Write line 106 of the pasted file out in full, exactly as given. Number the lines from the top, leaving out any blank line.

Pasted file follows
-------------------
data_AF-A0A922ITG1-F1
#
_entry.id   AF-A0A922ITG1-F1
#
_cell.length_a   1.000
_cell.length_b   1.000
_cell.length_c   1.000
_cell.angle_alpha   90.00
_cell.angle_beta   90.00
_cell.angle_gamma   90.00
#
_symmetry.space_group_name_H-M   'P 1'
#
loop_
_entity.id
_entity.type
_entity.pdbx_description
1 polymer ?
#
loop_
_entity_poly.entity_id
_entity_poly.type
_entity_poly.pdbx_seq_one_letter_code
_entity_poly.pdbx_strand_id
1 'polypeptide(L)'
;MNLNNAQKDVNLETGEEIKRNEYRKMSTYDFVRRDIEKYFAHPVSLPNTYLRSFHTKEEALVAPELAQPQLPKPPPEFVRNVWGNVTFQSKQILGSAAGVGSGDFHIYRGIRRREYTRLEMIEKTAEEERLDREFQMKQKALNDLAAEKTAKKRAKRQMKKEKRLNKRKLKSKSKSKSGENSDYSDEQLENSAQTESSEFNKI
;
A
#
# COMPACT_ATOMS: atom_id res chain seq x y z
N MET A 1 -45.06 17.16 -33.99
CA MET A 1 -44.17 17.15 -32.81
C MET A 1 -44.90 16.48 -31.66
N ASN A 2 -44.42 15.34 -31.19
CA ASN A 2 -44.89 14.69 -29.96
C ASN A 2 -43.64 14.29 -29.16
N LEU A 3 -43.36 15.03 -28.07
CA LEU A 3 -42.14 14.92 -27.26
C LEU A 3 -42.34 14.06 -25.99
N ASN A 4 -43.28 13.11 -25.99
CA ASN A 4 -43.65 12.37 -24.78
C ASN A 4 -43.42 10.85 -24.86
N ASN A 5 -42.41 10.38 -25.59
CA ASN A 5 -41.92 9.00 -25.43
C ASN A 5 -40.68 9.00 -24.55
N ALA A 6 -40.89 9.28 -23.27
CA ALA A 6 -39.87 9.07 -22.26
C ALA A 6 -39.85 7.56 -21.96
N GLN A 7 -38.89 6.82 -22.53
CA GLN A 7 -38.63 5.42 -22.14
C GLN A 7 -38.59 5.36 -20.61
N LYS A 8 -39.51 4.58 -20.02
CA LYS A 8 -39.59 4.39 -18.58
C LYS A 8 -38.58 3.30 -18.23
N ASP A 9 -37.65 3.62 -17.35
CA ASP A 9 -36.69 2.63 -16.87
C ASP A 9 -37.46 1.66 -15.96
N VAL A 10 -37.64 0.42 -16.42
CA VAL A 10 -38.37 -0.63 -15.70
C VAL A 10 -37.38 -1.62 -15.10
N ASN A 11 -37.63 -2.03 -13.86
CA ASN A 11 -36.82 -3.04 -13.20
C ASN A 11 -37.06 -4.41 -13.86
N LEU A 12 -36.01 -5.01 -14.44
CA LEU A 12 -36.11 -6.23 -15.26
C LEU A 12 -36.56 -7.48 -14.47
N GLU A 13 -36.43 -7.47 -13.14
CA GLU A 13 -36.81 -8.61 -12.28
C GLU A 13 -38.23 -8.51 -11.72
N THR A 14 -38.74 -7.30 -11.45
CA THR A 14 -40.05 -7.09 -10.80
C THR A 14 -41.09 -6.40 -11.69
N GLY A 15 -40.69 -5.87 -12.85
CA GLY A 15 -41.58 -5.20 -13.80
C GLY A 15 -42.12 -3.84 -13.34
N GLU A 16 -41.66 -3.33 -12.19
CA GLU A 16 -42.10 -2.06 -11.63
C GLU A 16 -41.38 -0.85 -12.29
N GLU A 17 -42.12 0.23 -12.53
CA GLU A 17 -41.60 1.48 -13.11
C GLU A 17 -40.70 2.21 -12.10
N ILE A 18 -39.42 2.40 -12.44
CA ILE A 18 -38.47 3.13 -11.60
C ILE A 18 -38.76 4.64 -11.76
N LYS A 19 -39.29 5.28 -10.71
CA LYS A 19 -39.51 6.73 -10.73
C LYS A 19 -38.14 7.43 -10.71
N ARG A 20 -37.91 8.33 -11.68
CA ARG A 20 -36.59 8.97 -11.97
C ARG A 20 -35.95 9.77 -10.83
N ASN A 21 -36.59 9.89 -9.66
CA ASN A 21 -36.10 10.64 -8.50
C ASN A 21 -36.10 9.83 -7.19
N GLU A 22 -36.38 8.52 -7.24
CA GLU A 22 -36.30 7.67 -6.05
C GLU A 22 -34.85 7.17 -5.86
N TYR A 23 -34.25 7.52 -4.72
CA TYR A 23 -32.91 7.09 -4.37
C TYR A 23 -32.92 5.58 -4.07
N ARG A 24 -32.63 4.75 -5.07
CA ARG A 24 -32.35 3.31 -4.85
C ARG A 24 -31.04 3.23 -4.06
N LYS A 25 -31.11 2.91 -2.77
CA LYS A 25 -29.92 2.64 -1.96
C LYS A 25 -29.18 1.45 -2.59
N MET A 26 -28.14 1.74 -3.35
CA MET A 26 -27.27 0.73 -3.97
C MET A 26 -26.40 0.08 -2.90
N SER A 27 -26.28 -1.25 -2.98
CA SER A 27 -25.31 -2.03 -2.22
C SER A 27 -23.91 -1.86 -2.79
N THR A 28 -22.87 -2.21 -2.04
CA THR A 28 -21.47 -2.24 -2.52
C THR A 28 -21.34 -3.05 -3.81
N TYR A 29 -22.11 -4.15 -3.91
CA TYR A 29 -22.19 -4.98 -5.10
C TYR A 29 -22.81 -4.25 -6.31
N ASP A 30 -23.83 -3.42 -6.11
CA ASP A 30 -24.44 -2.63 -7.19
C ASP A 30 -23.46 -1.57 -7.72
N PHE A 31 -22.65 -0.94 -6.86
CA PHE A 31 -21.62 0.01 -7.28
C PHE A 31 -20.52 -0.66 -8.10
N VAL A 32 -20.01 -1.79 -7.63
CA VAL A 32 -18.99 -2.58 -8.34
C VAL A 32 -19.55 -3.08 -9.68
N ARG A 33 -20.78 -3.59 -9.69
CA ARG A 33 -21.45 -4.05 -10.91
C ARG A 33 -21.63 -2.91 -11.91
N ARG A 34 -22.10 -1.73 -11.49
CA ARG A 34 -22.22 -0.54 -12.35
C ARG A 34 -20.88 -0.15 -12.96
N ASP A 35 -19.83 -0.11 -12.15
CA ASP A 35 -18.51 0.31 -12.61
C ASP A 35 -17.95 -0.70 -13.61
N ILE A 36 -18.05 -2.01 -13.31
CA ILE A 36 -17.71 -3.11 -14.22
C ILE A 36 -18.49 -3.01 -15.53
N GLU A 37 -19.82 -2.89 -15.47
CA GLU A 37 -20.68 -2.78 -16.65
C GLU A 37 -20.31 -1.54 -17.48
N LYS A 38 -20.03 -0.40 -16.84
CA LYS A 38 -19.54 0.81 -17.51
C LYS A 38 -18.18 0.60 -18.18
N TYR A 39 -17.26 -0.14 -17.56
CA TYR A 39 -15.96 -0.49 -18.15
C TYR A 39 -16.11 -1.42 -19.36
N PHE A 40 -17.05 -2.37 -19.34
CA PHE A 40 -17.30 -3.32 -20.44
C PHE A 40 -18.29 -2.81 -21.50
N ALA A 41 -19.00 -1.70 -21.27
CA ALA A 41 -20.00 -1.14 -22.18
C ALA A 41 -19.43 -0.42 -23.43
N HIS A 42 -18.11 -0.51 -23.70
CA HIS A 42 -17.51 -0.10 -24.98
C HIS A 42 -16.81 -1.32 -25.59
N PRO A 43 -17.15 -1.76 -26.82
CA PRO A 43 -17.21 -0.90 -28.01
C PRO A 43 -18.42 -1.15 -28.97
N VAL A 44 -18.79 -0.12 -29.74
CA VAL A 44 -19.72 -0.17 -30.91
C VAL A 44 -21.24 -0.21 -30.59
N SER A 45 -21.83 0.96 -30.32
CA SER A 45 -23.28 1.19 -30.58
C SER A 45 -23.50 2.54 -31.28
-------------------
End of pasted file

N MET A 26 -28.14 1.74 -3.35